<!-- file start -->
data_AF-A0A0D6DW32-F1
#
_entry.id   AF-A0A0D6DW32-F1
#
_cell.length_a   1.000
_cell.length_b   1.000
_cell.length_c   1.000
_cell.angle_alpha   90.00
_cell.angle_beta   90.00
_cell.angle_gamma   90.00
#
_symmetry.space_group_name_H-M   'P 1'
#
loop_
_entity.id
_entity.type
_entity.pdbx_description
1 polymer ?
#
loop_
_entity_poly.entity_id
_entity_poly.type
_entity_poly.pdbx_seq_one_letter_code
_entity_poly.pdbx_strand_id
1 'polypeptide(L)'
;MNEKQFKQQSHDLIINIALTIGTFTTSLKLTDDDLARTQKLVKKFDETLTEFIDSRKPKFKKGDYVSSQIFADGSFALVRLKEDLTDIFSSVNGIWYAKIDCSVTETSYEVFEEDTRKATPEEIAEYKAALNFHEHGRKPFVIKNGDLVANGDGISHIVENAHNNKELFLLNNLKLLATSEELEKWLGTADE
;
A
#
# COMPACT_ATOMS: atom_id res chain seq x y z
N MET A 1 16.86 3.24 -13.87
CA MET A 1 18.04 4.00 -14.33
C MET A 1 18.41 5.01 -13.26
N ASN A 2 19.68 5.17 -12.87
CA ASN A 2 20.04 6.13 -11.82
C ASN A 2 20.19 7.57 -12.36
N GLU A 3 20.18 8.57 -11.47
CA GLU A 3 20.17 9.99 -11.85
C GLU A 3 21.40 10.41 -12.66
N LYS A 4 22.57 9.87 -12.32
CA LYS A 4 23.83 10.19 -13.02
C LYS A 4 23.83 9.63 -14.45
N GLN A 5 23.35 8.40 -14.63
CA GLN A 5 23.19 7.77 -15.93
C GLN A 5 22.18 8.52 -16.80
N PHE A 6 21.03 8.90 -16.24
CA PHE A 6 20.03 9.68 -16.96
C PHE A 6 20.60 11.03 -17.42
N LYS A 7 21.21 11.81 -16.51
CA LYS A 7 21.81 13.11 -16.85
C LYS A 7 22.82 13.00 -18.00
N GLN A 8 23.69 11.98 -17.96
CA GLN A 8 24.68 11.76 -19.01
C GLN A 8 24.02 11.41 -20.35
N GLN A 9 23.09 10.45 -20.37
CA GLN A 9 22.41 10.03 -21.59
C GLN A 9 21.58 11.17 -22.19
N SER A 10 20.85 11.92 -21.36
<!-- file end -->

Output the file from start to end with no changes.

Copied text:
data_AF-A0A0D6DW32-F1
#
_entry.id   AF-A0A0D6DW32-F1
#
_cell.length_a   1.000
_cell.length_b   1.000
_cell.length_c   1.000
_cell.angle_alpha   90.00
_cell.angle_beta   90.00
_cell.angle_gamma   90.00
#
_symmetry.space_group_name_H-M   'P 1'
#
loop_
_entity.id
_entity.type
_entity.pdbx_description
1 polymer ?
#
loop_
_entity_poly.entity_id
_entity_poly.type
_entity_poly.pdbx_seq_one_letter_code
_entity_poly.pdbx_strand_id
1 'polypeptide(L)'
;MNEKQFKQQSHDLIINIALTIGTFTTSLKLTDDDLARTQKLVKKFDETLTEFIDSRKPKFKKGDYVSSQIFADGSFALVRLKEDLTDIFSSVNGIWYAKIDCSVTETSYEVFEEDTRKATPEEIAEYKAALNFHEHGRKPFVIKNGDLVANGDGISHIVENAHNNKELFLLNNLKLLATSEELEKWLGTADE
;
A
#
# COMPACT_ATOMS: atom_id res chain seq x y z
N MET A 1 16.86 3.24 -13.87
CA MET A 1 18.04 4.00 -14.33
C MET A 1 18.41 5.01 -13.26
N ASN A 2 19.68 5.17 -12.87
CA ASN A 2 20.04 6.13 -11.82
C ASN A 2 20.19 7.57 -12.36
N GLU A 3 20.18 8.57 -11.47
CA GLU A 3 20.17 9.99 -11.85
C GLU A 3 21.40 10.41 -12.66
N LYS A 4 22.57 9.87 -12.32
CA LYS A 4 23.83 10.19 -13.02
C LYS A 4 23.83 9.63 -14.45
N GLN A 5 23.35 8.40 -14.63
CA GLN A 5 23.19 7.77 -15.93
C GLN A 5 22.18 8.52 -16.80
N PHE A 6 21.03 8.90 -16.24
CA PHE A 6 20.03 9.68 -16.96
C PHE A 6 20.60 11.03 -17.42
N LYS A 7 21.21 11.81 -16.51
CA LYS A 7 21.81 13.11 -16.85
C LYS A 7 22.82 13.00 -18.00
N GLN A 8 23.69 11.98 -17.96
CA GLN A 8 24.68 11.76 -19.01
C GLN A 8 24.02 11.41 -20.35
N GLN A 9 23.09 10.45 -20.37
CA GLN A 9 22.41 10.03 -21.59
C GLN A 9 21.58 11.17 -22.19
N SER A 10 20.85 11.92 -21.36